But the thing about snow dumps on your favorite ski area is that they’re not very cooperative with your driving schedule. And so it was, early Saturday morning on October 8 that I drove right into a snowstorm. It wasn’t snowing heavily and the conditions were not white-out, but the roads were icy. Driving on unplowed, icy, snowy, and dark roads is something I’ve done (a lot) and something I hate. I drove with an envy for the other, paved side of the road that only extreme dieters can understand. I white-knuckled it in places, slid a little here and there, and arrived at Wolf Creek by 11am.
Temps were warm, maybe upper 30s and I wondered if I hadn’t overdressed with three layers on the top and two on the bottom. My first run was off the Bonanza Chair, a long, winding, easy-peasy run that’s good to warm up on. It’s called the Great Divide and it’s a great introduction back to snowboarding after a three-month hiatus. But the trail was longer than I or my legs remembered and somewhere, about three quarters of the way down, it burned, burned, burned. That IT band, it burned, and the calves followed suit.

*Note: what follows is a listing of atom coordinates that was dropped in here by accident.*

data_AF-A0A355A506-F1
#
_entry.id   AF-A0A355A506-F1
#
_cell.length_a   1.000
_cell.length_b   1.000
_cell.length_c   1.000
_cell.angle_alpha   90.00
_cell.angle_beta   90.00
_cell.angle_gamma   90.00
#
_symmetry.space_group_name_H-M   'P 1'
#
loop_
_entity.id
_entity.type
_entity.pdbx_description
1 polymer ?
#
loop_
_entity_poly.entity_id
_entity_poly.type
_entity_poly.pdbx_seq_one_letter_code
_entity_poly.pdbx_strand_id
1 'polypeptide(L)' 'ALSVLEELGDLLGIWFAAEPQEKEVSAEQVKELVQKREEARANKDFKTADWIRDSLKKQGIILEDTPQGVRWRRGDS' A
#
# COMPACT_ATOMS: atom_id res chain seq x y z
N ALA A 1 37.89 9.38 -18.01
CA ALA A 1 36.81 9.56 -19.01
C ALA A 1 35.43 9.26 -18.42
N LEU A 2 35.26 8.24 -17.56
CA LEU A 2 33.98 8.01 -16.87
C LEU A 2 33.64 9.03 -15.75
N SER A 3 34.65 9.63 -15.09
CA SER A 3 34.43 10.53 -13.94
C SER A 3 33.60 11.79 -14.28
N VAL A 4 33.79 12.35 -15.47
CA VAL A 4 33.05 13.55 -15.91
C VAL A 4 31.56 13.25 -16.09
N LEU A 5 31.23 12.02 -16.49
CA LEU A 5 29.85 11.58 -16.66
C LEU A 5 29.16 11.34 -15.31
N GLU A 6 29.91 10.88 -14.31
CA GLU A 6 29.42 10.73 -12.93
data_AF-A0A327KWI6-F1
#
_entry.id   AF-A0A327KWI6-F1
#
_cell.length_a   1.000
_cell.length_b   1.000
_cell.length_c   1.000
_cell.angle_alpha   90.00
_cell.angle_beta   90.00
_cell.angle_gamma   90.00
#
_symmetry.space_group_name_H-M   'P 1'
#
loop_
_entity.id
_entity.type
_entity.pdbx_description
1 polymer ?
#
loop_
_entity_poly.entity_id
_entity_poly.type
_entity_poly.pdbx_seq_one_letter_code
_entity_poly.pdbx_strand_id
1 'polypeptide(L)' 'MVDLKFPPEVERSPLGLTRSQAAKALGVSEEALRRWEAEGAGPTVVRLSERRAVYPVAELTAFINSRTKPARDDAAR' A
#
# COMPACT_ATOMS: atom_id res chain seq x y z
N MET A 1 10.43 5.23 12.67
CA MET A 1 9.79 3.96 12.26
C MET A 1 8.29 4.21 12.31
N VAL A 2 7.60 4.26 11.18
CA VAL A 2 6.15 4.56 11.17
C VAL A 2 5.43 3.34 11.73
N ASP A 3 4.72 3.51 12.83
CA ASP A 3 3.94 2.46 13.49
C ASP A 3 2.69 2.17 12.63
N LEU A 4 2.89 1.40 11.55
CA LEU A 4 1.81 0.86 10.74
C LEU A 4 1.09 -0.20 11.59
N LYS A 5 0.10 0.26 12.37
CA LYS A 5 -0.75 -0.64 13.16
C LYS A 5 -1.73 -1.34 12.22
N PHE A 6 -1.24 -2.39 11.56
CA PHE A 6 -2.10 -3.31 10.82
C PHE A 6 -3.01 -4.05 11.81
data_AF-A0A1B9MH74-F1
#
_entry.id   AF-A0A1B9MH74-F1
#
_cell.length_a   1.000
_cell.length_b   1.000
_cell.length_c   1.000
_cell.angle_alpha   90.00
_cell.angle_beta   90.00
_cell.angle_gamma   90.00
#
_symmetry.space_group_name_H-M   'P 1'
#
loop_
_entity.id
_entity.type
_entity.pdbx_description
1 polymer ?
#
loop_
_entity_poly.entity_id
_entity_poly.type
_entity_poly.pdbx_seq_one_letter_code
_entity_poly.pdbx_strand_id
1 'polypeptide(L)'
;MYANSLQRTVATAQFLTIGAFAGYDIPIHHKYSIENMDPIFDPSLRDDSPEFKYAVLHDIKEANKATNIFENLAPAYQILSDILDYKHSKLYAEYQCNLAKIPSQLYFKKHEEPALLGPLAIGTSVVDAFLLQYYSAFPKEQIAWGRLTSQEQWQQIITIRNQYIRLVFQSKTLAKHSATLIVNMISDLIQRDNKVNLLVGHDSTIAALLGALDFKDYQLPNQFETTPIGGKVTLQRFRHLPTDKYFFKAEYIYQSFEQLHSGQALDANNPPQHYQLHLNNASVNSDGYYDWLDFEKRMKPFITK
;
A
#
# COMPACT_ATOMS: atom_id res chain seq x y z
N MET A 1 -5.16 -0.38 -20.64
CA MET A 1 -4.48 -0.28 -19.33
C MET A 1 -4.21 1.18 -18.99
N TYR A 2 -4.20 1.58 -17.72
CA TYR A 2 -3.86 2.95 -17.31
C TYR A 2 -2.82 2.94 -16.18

The iron deficiency thing I have kicks in just over 10K feet, so I was huffing and puffing like an emphysemic wolf at the straw house. I chilled out for a few minutes at the lodge before I headed over to the the Treasure Chair, where I would stay for the rest of the day. The Treasure Chair had the powder. That’s the beauty of Wolf Creek–the more eastern you go, the further away you get from the main lodge, the more powder you can find. And I found it by ducking into the trees along the Tranquility run. I was swishing and laughing, all by myself, forgetting that it was October, that I had driven five hours to get there, that I hadn’t sleep much that week, and that I was 41 years old. I forgot all that and used my x-ray vision to find more untracked powder even though it was getting on in the afternoon.